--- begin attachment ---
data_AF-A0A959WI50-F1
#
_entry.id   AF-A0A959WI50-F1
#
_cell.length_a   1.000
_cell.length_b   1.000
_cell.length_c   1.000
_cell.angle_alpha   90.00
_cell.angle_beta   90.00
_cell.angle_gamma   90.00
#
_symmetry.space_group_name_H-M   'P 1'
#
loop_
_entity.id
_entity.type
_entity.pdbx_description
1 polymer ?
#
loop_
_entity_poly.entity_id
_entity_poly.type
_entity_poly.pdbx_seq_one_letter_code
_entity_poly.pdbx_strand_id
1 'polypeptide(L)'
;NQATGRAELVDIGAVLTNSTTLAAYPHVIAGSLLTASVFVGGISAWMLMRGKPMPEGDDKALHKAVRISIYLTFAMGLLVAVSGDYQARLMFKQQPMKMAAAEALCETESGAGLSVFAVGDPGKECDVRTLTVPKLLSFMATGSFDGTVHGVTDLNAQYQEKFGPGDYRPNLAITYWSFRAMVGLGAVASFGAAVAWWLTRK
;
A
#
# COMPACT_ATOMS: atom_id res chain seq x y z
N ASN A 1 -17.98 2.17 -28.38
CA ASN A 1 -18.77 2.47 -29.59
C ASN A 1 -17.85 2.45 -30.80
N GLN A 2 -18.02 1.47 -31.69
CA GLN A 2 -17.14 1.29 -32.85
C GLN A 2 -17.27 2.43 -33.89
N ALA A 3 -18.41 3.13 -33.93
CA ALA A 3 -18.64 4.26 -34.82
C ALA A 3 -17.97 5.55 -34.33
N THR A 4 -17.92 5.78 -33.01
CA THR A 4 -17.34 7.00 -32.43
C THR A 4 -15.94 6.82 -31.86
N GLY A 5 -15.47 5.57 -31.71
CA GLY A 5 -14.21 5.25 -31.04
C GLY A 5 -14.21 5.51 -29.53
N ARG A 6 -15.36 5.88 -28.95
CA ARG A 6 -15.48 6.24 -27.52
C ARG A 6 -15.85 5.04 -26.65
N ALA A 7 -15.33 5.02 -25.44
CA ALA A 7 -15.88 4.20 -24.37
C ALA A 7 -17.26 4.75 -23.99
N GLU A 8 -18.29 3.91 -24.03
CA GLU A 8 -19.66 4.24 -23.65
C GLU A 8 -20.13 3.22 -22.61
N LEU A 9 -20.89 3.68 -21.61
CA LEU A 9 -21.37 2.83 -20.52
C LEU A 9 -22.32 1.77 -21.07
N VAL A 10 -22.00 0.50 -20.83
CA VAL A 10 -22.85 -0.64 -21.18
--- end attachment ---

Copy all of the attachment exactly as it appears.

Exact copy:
data_AF-A0A959WI50-F1
#
_entry.id   AF-A0A959WI50-F1
#
_cell.length_a   1.000
_cell.length_b   1.000
_cell.length_c   1.000
_cell.angle_alpha   90.00
_cell.angle_beta   90.00
_cell.angle_gamma   90.00
#
_symmetry.space_group_name_H-M   'P 1'
#
loop_
_entity.id
_entity.type
_entity.pdbx_description
1 polymer ?
#
loop_
_entity_poly.entity_id
_entity_poly.type
_entity_poly.pdbx_seq_one_letter_code
_entity_poly.pdbx_strand_id
1 'polypeptide(L)'
;NQATGRAELVDIGAVLTNSTTLAAYPHVIAGSLLTASVFVGGISAWMLMRGKPMPEGDDKALHKAVRISIYLTFAMGLLVAVSGDYQARLMFKQQPMKMAAAEALCETESGAGLSVFAVGDPGKECDVRTLTVPKLLSFMATGSFDGTVHGVTDLNAQYQEKFGPGDYRPNLAITYWSFRAMVGLGAVASFGAAVAWWLTRK
;
A
#
# COMPACT_ATOMS: atom_id res chain seq x y z
N ASN A 1 -17.98 2.17 -28.38
CA ASN A 1 -18.77 2.47 -29.59
C ASN A 1 -17.85 2.45 -30.80
N GLN A 2 -18.02 1.47 -31.69
CA GLN A 2 -17.14 1.29 -32.85
C GLN A 2 -17.27 2.43 -33.89
N ALA A 3 -18.41 3.13 -33.93
CA ALA A 3 -18.64 4.26 -34.82
C ALA A 3 -17.97 5.55 -34.33
N THR A 4 -17.92 5.78 -33.01
CA THR A 4 -17.34 7.00 -32.43
C THR A 4 -15.94 6.82 -31.86
N GLY A 5 -15.47 5.57 -31.71
CA GLY A 5 -14.21 5.25 -31.04
C GLY A 5 -14.21 5.51 -29.53
N ARG A 6 -15.36 5.88 -28.95
CA ARG A 6 -15.48 6.24 -27.52
C ARG A 6 -15.85 5.04 -26.65
N ALA A 7 -15.33 5.02 -25.44
CA ALA A 7 -15.88 4.20 -24.37
C ALA A 7 -17.26 4.75 -23.99
N GLU A 8 -18.29 3.91 -24.03
CA GLU A 8 -19.66 4.24 -23.65
C GLU A 8 -20.13 3.22 -22.61
N LEU A 9 -20.89 3.68 -21.61
CA LEU A 9 -21.37 2.83 -20.52
C LEU A 9 -22.32 1.77 -21.07
N VAL A 10 -22.00 0.50 -20.83
CA VAL A 10 -22.85 -0.64 -21.18